Increasing the perceived predation risk changes parental care in female but not in male Great Tits Parus major

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Abstract

In birds, little is known about how the presence of predators alters parental food distribution decisions among nestlings. We found that experimentally increasing perceived predation risk changed parental care in female but not in male Great Tits Parus major. Females fed the lightest and average nestlings at similar rates under control conditions when predation risk was not manipulated but ignored the lightest nestling under increased perceived predation risk. Moreover, females reduced the duration of nest visits greatly after encountering a model predator, suggesting that the perception of predators may facilitate brood reduction mechanisms.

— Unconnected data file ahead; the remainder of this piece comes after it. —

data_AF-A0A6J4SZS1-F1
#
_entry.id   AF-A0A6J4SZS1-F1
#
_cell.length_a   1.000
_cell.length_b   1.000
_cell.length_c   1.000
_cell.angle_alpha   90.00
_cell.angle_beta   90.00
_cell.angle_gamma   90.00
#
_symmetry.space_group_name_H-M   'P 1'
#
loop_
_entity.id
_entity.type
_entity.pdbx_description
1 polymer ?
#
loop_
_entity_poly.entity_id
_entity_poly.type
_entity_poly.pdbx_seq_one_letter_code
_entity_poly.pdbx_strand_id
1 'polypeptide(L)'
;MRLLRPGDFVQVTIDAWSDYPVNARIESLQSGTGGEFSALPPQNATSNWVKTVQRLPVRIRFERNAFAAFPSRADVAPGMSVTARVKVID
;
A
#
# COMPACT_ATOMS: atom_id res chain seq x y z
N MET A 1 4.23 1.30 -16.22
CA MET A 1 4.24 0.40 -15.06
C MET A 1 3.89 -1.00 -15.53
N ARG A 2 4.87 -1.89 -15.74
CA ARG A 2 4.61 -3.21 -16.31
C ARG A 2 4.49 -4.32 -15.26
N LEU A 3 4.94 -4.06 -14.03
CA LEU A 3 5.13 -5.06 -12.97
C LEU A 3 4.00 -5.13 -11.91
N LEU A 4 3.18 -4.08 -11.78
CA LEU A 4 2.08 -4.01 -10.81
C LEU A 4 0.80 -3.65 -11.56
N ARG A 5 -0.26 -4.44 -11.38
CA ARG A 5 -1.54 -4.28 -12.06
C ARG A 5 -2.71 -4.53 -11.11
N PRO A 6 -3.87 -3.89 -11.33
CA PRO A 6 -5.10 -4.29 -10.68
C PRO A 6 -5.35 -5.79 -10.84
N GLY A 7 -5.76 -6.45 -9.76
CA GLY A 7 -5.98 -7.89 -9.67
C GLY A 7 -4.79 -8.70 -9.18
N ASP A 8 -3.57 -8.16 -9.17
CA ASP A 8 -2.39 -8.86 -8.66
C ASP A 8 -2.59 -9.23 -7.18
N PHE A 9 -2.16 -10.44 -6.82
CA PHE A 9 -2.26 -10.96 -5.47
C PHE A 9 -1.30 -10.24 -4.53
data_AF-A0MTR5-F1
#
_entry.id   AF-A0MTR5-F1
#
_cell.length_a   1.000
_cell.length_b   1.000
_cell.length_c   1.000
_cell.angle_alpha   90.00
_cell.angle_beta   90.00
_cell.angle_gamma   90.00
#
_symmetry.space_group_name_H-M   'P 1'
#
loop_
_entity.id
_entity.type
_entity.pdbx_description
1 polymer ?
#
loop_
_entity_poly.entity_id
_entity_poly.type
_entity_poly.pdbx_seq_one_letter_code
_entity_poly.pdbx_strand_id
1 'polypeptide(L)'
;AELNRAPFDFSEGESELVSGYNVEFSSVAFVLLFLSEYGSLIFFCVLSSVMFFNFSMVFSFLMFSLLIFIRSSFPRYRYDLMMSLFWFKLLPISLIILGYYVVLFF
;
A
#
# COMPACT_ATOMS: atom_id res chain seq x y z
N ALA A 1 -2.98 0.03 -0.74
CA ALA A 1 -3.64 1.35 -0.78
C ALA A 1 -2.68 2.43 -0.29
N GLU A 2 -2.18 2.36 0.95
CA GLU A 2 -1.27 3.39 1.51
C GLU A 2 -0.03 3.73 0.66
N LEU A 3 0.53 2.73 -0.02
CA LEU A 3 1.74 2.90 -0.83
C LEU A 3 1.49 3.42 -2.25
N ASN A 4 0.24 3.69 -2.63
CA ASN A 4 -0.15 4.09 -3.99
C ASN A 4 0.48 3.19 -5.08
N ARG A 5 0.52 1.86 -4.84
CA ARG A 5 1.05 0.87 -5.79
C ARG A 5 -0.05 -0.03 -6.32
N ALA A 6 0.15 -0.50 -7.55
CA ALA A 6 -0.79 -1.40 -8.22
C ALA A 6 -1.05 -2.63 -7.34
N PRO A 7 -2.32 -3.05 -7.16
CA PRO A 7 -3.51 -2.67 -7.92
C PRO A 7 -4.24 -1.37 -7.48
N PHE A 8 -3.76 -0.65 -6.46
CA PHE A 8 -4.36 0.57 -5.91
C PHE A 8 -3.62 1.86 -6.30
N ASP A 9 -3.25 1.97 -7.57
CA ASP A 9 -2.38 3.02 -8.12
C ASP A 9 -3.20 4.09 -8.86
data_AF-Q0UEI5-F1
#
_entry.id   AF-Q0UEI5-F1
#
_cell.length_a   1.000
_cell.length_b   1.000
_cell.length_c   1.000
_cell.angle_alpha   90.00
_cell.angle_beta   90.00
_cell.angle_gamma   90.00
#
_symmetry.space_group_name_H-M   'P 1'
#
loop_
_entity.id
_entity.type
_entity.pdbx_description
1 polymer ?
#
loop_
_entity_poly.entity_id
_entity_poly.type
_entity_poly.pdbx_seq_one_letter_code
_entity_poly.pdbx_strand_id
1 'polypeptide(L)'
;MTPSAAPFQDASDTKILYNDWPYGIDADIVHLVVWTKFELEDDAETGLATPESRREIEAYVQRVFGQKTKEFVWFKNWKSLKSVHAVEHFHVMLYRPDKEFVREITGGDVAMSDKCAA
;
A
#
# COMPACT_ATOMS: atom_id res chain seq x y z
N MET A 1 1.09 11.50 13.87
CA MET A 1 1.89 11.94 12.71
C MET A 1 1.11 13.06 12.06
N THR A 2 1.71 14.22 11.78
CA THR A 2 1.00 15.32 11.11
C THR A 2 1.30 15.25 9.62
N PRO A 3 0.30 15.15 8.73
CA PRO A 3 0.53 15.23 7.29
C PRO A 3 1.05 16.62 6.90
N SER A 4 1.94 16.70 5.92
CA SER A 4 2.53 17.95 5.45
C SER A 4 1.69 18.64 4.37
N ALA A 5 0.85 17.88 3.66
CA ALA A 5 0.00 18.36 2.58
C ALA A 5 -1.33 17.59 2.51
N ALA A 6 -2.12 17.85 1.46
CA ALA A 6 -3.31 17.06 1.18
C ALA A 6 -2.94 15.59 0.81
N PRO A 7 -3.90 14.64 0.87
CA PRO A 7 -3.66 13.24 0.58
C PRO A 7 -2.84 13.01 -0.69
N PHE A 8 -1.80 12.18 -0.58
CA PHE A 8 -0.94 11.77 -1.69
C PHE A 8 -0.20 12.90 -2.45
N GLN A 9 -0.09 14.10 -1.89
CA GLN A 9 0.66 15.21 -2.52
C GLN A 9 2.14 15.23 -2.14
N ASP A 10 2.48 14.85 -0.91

Ancillary